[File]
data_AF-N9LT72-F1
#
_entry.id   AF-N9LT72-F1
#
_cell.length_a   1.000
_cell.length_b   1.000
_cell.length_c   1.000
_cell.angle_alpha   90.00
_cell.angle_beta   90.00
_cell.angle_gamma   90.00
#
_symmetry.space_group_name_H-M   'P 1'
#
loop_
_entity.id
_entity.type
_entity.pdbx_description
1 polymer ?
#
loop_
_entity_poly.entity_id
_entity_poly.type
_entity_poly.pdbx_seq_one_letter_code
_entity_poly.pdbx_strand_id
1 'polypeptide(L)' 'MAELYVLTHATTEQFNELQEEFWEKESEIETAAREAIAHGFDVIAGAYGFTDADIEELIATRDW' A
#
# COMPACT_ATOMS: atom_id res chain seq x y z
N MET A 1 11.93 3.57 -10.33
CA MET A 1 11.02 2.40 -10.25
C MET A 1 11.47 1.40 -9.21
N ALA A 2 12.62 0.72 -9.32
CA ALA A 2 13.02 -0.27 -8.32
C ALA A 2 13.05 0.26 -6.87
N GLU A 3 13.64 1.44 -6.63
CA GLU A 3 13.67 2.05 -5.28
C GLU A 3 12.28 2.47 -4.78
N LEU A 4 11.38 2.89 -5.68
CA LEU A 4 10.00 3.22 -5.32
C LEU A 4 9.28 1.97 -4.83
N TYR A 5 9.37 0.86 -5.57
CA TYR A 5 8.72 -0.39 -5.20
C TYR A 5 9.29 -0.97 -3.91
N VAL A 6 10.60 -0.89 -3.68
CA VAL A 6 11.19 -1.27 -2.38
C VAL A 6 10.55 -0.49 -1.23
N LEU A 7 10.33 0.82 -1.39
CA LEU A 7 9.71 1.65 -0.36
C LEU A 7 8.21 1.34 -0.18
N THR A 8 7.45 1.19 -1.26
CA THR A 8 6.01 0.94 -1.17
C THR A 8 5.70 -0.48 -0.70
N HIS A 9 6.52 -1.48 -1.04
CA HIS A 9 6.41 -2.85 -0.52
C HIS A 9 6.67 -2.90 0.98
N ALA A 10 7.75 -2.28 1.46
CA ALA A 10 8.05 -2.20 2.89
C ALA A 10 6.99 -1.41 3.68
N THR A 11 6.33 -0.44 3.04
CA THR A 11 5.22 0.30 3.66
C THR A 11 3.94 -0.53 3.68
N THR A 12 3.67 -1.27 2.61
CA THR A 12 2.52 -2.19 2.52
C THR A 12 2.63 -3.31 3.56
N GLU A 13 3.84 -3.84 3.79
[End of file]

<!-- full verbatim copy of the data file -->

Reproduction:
data_AF-N9LT72-F1
#
_entry.id   AF-N9LT72-F1
#
_cell.length_a   1.000
_cell.length_b   1.000
_cell.length_c   1.000
_cell.angle_alpha   90.00
_cell.angle_beta   90.00
_cell.angle_gamma   90.00
#
_symmetry.space_group_name_H-M   'P 1'
#
loop_
_entity.id
_entity.type
_entity.pdbx_description
1 polymer ?
#
loop_
_entity_poly.entity_id
_entity_poly.type
_entity_poly.pdbx_seq_one_letter_code
_entity_poly.pdbx_strand_id
1 'polypeptide(L)' 'MAELYVLTHATTEQFNELQEEFWEKESEIETAAREAIAHGFDVIAGAYGFTDADIEELIATRDW' A
#
# COMPACT_ATOMS: atom_id res chain seq x y z
N MET A 1 11.93 3.57 -10.33
CA MET A 1 11.02 2.40 -10.25
C MET A 1 11.47 1.40 -9.21
N ALA A 2 12.62 0.72 -9.32
CA ALA A 2 13.02 -0.27 -8.32
C ALA A 2 13.05 0.26 -6.87
N GLU A 3 13.64 1.44 -6.63
CA GLU A 3 13.67 2.05 -5.28
C GLU A 3 12.28 2.47 -4.78
N LEU A 4 11.38 2.89 -5.68
CA LEU A 4 10.00 3.22 -5.32
C LEU A 4 9.28 1.97 -4.83
N TYR A 5 9.37 0.86 -5.57
CA TYR A 5 8.72 -0.39 -5.20
C TYR A 5 9.29 -0.97 -3.91
N VAL A 6 10.60 -0.89 -3.68
CA VAL A 6 11.19 -1.27 -2.38
C VAL A 6 10.55 -0.49 -1.23
N LEU A 7 10.33 0.82 -1.39
CA LEU A 7 9.71 1.65 -0.36
C LEU A 7 8.21 1.34 -0.18
N THR A 8 7.45 1.19 -1.26
CA THR A 8 6.01 0.94 -1.17
C THR A 8 5.70 -0.48 -0.70
N HIS A 9 6.52 -1.48 -1.04
CA HIS A 9 6.41 -2.85 -0.52
C HIS A 9 6.67 -2.90 0.98
N ALA A 10 7.75 -2.28 1.46
CA ALA A 10 8.05 -2.20 2.89
C ALA A 10 6.99 -1.41 3.68
N THR A 11 6.33 -0.44 3.04
CA THR A 11 5.22 0.30 3.66
C THR A 11 3.94 -0.53 3.68
N THR A 12 3.67 -1.27 2.61
CA THR A 12 2.52 -2.19 2.52
C THR A 12 2.63 -3.31 3.56
N GLU A 13 3.84 -3.84 3.79